Skip Navigation Links weather.gov 
NOAA logo - Click to go to the NOAA homepage National Weather Service   NWS logo - Click to go to the NWS homepage
The Weather Prediction Center

 
 

 

Follow the Weather Prediction Center on Facebook Follow the Weather Prediction Center on Twitter
NCEP Quarterly Newsletter
WPC Home
Analyses and Forecasts
   National High & Low
   WPC Discussions
   Surface Analysis
   Days ½-2½ CONUS
   Days 3-7 CONUS
   Days 4-8 Alaska
   QPF
   PQPF
   Flood Outlook
   Winter Weather
   Storm Summaries
   Heat Index
   Tropical Products
   Daily Weather Map
   GIS Products
Current Watches/
Warnings

Satellite and Radar Imagery
  GOES-East Satellite
  GOES-West Satellite
  National Radar
Product Archive
WPC Verification
   QPF
   Medium Range
   Model Diagnostics
   Event Reviews
   Winter Weather
International Desks
Development and Training
   Development
WPC Overview
   About the WPC
   Staff
   WPC History
   Accomplishments
   Other Sites
   FAQs
Meteorological Calculators
Contact Us
   About Our Site
 
USA.gov is the U.S. Government's official web portal to all federal, state, and local government web resources and services.
 
WPC Met Watch

 
Mesoscale Precipitation Discussion: #0625
(Issued at 1038 AM EDT Fri Aug 10 2018 )

MPD Selection
 


Graphic for MPD #0625

Mesoscale Precipitation Discussion 0625
NWS Weather Prediction Center College Park MD
1038 AM EDT Fri Aug 10 2018

Areas affected...Central and North Texas

Concerning...Heavy rainfall...Flash flooding possible

Valid 101437Z - 101907Z

Summary...Areas of rain with embedded clusters of thunderstorm may
persist into the early afternoon across parts of Central and North
Texas. Any thunderstorm clusters should move slowly, and could
therefore produce localized heavy rainfall and possibly some flash
flooding. Rain rates to around 2 in/hr will be possible.

Discussion...A complex mesoscale pattern is in place across Texas
this morning. Persistent convection late overnight has led to at
least one prominent MCV (near KMNZ at 14Z), and several weak cold
pools and mesoscale high pressures (near the Llano Uplift and the
southeast side of DFW metro area). GOES-16 water vapor imagery and
derived motion winds also implied a weak mid-upper level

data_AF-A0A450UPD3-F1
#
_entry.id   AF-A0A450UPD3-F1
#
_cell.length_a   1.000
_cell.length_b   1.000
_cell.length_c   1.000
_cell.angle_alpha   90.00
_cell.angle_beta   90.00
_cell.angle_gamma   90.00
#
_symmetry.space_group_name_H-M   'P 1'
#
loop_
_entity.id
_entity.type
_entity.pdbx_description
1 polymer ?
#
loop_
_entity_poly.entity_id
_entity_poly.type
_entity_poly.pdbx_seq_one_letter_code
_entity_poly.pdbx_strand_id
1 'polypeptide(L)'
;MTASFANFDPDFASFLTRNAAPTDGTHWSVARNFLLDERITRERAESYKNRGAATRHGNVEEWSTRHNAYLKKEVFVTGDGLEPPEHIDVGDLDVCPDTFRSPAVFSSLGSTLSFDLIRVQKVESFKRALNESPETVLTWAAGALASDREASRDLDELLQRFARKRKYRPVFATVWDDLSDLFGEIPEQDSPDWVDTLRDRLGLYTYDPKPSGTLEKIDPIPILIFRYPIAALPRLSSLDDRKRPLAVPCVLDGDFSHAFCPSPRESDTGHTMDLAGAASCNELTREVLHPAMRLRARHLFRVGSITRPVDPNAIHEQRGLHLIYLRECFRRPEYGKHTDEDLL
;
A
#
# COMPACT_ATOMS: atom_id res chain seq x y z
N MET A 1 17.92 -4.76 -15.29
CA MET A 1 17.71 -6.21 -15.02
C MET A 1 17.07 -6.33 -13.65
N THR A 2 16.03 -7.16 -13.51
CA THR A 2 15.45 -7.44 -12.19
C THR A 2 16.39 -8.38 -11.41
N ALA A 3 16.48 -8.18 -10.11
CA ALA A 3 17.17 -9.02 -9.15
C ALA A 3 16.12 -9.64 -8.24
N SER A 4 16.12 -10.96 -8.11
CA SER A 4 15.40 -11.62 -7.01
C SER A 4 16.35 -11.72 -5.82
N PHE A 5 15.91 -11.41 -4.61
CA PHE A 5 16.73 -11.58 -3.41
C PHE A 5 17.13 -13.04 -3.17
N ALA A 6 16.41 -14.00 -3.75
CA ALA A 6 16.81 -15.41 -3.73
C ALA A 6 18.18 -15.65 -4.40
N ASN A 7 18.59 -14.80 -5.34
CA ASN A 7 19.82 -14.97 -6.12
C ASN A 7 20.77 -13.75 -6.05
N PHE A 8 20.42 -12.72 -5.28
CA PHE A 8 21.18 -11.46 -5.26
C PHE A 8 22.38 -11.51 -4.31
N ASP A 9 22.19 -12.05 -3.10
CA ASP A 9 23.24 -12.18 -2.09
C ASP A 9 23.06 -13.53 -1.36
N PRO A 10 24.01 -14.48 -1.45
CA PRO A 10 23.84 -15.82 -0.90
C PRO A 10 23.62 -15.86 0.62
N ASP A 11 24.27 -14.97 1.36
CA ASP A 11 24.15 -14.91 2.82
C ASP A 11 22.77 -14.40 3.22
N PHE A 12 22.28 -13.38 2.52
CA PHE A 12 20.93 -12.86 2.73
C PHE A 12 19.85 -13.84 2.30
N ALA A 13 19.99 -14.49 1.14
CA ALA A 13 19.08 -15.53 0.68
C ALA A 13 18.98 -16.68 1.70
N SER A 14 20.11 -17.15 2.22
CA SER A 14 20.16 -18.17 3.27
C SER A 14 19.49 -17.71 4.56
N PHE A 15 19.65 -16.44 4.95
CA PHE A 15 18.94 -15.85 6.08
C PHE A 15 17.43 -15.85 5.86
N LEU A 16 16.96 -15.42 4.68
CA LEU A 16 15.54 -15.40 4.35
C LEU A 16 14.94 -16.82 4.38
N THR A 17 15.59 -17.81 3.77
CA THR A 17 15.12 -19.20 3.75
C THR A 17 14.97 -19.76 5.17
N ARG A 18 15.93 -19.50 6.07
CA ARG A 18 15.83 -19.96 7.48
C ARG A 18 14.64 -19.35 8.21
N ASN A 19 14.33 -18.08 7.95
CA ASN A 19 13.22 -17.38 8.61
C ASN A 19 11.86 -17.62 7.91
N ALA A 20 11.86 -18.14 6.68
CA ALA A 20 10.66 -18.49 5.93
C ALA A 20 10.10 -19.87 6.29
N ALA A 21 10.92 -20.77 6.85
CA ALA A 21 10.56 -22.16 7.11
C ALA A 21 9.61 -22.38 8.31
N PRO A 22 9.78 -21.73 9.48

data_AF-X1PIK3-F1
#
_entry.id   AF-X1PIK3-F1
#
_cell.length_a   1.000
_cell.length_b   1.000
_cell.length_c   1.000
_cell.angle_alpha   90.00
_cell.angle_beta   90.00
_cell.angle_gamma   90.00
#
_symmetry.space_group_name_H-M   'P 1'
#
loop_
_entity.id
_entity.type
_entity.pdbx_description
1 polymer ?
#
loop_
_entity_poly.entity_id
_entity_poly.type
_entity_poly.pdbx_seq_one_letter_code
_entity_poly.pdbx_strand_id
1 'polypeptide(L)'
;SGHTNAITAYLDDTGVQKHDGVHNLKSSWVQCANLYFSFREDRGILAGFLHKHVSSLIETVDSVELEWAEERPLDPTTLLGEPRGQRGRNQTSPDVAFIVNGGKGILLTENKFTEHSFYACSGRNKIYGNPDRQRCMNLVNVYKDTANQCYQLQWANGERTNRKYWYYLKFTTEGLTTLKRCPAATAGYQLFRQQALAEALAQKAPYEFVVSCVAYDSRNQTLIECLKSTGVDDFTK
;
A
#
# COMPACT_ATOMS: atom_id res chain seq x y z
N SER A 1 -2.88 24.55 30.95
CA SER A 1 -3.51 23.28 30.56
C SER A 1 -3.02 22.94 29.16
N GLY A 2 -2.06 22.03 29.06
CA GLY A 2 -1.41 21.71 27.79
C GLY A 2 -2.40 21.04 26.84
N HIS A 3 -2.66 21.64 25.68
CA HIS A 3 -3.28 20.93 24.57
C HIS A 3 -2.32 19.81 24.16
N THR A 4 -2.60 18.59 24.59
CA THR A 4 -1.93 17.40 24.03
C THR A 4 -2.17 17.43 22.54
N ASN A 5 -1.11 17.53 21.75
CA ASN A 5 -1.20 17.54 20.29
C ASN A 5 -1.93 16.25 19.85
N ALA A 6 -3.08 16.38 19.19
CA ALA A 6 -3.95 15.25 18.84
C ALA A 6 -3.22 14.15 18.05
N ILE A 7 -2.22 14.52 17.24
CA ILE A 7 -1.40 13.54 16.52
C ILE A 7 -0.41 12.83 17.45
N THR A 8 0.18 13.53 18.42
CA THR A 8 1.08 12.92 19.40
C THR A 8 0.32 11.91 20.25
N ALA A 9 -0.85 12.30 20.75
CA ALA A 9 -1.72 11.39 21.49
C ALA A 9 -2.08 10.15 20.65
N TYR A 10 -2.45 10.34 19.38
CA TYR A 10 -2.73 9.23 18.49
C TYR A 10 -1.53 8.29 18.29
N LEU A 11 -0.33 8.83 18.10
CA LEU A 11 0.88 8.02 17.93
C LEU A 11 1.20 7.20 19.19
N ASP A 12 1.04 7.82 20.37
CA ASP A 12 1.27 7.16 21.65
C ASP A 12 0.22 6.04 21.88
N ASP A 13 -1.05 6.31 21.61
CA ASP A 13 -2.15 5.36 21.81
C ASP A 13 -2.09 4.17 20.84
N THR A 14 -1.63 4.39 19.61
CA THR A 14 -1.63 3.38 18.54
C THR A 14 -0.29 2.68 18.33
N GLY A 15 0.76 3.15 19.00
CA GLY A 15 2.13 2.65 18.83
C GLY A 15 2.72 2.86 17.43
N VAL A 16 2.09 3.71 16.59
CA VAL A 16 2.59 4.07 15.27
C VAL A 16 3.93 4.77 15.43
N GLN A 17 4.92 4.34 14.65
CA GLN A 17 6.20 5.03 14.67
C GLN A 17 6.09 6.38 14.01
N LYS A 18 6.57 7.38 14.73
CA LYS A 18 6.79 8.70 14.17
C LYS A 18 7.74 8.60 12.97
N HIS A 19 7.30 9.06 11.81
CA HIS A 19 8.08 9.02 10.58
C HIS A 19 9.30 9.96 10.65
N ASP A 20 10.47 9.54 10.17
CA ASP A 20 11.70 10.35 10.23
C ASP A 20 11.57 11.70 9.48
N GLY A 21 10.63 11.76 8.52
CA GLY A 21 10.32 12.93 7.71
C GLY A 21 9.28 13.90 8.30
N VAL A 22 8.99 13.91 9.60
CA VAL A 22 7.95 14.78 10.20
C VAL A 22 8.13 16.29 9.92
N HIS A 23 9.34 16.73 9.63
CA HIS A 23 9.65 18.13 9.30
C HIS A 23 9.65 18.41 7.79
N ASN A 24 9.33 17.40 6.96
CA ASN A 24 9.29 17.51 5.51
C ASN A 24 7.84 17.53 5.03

circulation and vorticity maximum in West Texas. Convection was
back-building to the west and northwest, into moist 850-700mb
inflow as sampled by a variety of radar VWPs from KFWS, to KDYX,
to KSJT. This back-building was producing new convection in a
region of reduced deep layer mean wind speeds and Corfidi vectors.
Therefore, slow storm motions appear likely, in addition to some
chaotic storm motions given the complexity to the flow patterns at
multiple layers of the troposphere due to earlier convection. This
should provide a favorable environment for at least brief stalling
of convective clusters and storm mergers, which may enhance
locally heavy rainfall.

Hi-res models do not appear to have a great handle on the
situation. Many try to make the convective clusters too outflow
dominant, and appear to be too quick to dissipate convection.
While gradual diminishing of intensity and coverage of convection
is possible (given we are very near the typical diurnal convective
minimum), radar and satellite trends suggest some areas of
convection should be sustained for at least a couple more hours.
GOES-16 IR satellite shows two areas of cooling cloud tops, one
closer to San Angelo, and the other near the south side of the DFW
metro area. Given the density of cloud cover, it is also likely
that hi-res models and the RAP model are recovering instability
too quickly around 18Z in this region. Current analysis has MLCAPE
around 500 j/kg in much of the area, which should be enough to
sustain convection. However, the reflectivity profiles in
convective clusters may be weighted more toward the lower portion
of the storms (sub-melting layer), which could increase rainfall
efficiency given the high precipitable water values (near 2
inches).

The lack of a strong focusing mechanism may lead to meandering
storm clusters and more isolated flooding potential. However,
given the number of convective foci in the region and the overall
environment, there does appear to be some chance of flash flooding
into the early afternoon.

Lamers

ATTN...WFO...EWX...FWD...MAF...SJT...

ATTN...RFC...LMRFC...WGRFC...

LAT...LON   33339621 31829544 31149721 30449898 30210066
            31540124 32420059 33289848


Last Updated: 1038 AM EDT Fri Aug 10 2018
 

NOAA/ National Weather Service
National Centers for Environmental Prediction
Weather Prediction Center
5830 University Research Court
College Park, Maryland 20740
Weather Prediction Center Web Team
Disclaimer
Credits
Glossary
Privacy Policy
About Us
Career Opportunities
Page last modified: Wednesday, 13-May-2015 19:29:02 GMT